Posts Tagged ‘Anti-dumping’


 

How Bombardier may Avoid Anti-Dumping and Countervailing Duties

It was announced earlier this week that Bombardier, a Canadian rail and air transport manufacture and AirBus, an aeronautics maker from France, have struck a deal which will avoid the U.S. anti-dumping and countervailing duties that were to be imposed on them upon importation.

 

How are some companies able to avoid these duties while others are not?

The Background

In 2016 Bombardier landed a contract to sell 75 of their C-Series jets to Delta Airlines in the U.S. In a move that was considered to be protectionist, U.S. air plane manufacture Boeing argued that Bombardier was able to sell their jets to Delta at low cost due to Canadian government subsidies. This complaint was heard by the U.S. Commerce Department which ruled in agreement with Boeing. The result was an almost 300% combined countervailing and anti-dumping duty to be placed against Bombardier C-Series jets upon importation into the U.S.

What are Anti-Dumping and Countervailing Duties?

In our previous post The Potential Perils of Anti-Dumping and Countervailing Duties, we explain anti-dumping and countervailing duties. In a nutshell, the intent of anti-dumping is to protect domestic industry through a government imposed increased duty on foreign imports and importers that it believes are priced below fair market value, and below what they would normally sell the goods from in their own domestic market.

 

Countervailing, is an import tax imposed on certain importers, and importers that may receive subsidies from their country which allows them to sell the goods for under market value in the U.S. Market. Countervailing is also referred to as anti-subsidy duties.

Why Were the C-Series Jets Considered to be Unfairly Subsidized?

The Government of Quebec’s has a 49.5% interest in the C-Series jets. Additionally, the Canadian Government  provided a $344-million dollar loan to Bombardier when sales for the jet were lagging.

How Will Bombardier Possibly Avoid Paying Anti-Dumping and Countervailing Duties?

As mentioned above, anti-dumping and countervailing duties are imposed on foreign importers. If the company manufactures goods within the U.S., they are no longer foreign nor would there be an import.

 

Bombardier partnered with Airbus on the C-series jet recently, which effectively provided a 50.01% interest to Airbus. The C-series jet will not be manufactured in Canada, but on a secondary Bombardier assembly line at the U.S. Airbus facility. Therefore any sales into the U.S. would not be considered foreign and import duties not applicable.

What’s Next?

It is too soon to tell if this move by Bombardier and Airbus will indeed successfully avoid countervailing and anti-dumping duties. In some cases where an importer avoids anti-dumping and countervailing duties by moving manufacturing they could still face these duties and taxes on the parts they import. It is expected that there will be research into this deal and subsequent comment for the U.S. Commerce Department in weeks to come.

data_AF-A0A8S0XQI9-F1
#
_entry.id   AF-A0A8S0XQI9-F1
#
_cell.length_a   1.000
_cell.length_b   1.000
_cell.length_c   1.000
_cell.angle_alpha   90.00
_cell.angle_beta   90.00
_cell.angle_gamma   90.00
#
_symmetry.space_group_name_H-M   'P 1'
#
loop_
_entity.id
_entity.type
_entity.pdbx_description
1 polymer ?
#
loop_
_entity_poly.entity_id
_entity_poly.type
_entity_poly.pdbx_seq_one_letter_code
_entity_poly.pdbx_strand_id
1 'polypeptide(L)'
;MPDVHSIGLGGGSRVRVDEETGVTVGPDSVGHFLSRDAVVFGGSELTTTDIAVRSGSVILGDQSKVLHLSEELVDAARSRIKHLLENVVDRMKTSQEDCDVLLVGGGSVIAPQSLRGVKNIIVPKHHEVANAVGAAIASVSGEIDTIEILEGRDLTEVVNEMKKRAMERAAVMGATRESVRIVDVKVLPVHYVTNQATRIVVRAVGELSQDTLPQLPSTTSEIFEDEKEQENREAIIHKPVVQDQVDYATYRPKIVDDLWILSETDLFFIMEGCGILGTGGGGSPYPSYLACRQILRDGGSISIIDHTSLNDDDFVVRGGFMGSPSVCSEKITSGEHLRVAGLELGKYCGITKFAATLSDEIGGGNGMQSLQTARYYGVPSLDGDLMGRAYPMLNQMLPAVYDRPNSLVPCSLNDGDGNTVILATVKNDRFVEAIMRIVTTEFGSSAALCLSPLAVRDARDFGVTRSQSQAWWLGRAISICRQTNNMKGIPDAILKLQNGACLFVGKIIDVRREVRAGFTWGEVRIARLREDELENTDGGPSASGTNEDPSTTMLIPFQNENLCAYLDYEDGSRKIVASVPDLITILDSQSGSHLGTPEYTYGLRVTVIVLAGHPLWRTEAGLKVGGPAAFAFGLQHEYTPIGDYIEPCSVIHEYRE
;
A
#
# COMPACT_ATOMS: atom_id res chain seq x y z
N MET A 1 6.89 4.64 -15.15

Which view do you take on this story? Has the U.S. unfairly penalized Bombardier or has Canada unfairly subsidized them? Please leave a comment below.

 

 

Canada’s Trade Protectionism Tools: Anti-Dumping and Countervailing Duties

SIMA Anti-Dumping and Countervailing Duties

 

Before you import that new product into Canada, you might want to investigate the likelihood of it being affected by Canada’s Special Import Measures Act (SIMA). Consulting a customs broker before you make purchase decisions for your new product could help you avoid duties which can have a significant impact on your bottom line.

What is the Special Import Measures Act?

The Special Import Measures Act (SIMA) sets out the rules and procedures for anti-dumping and countervailing duty actions under Canadian domestic law. The Act is designed to provide protection to Canadian producers who are being harmed or injured by the dumping or subsidizing of goods imported into Canada.

 

What is Anti-dumping duty?

An anti-dumping duty (AD) is assessed when it is found that the product investigated is being sold to Canadian importers at prices that are lower than comparable products in the country of export, or when goods are sold into Canada at unprofitable prices.

 

What is Countervailing duty?

A countervailing duty (CVD) is assessed when the exporter or producer is being financially subsidized by their government in order to sell their products as a cost that is lower than Canadian market values.

 

When are anti-dumping or countervailing duty applied on imported goods?

Anti-dumping and countervailing duty are administered by the Canada Border Services Agency (CBSA) in conjunction with the Canadian International Trade Tribunal (CITT). It is a proactive step taken after a complaint is filed and it is found that items are being sold into the Canadian market place at costs lower than current market values, causing injury to Canadian industry.

 

How does the process work?

Both of these additional duties are only applied after an investigation is completed by the Canadian International Trade Tribunal and significant injury to Canadian Industry is found.

A provisional duty may be applied following a preliminary decision by the Tribunal that injury by the dumping or subsidizing of imports has occurred. The decision to apply a provisional duty is normally made within three months of the start of the investigation. This temporary duty is intended to protect Canadian producers until the Tribunal makes its final injury decision.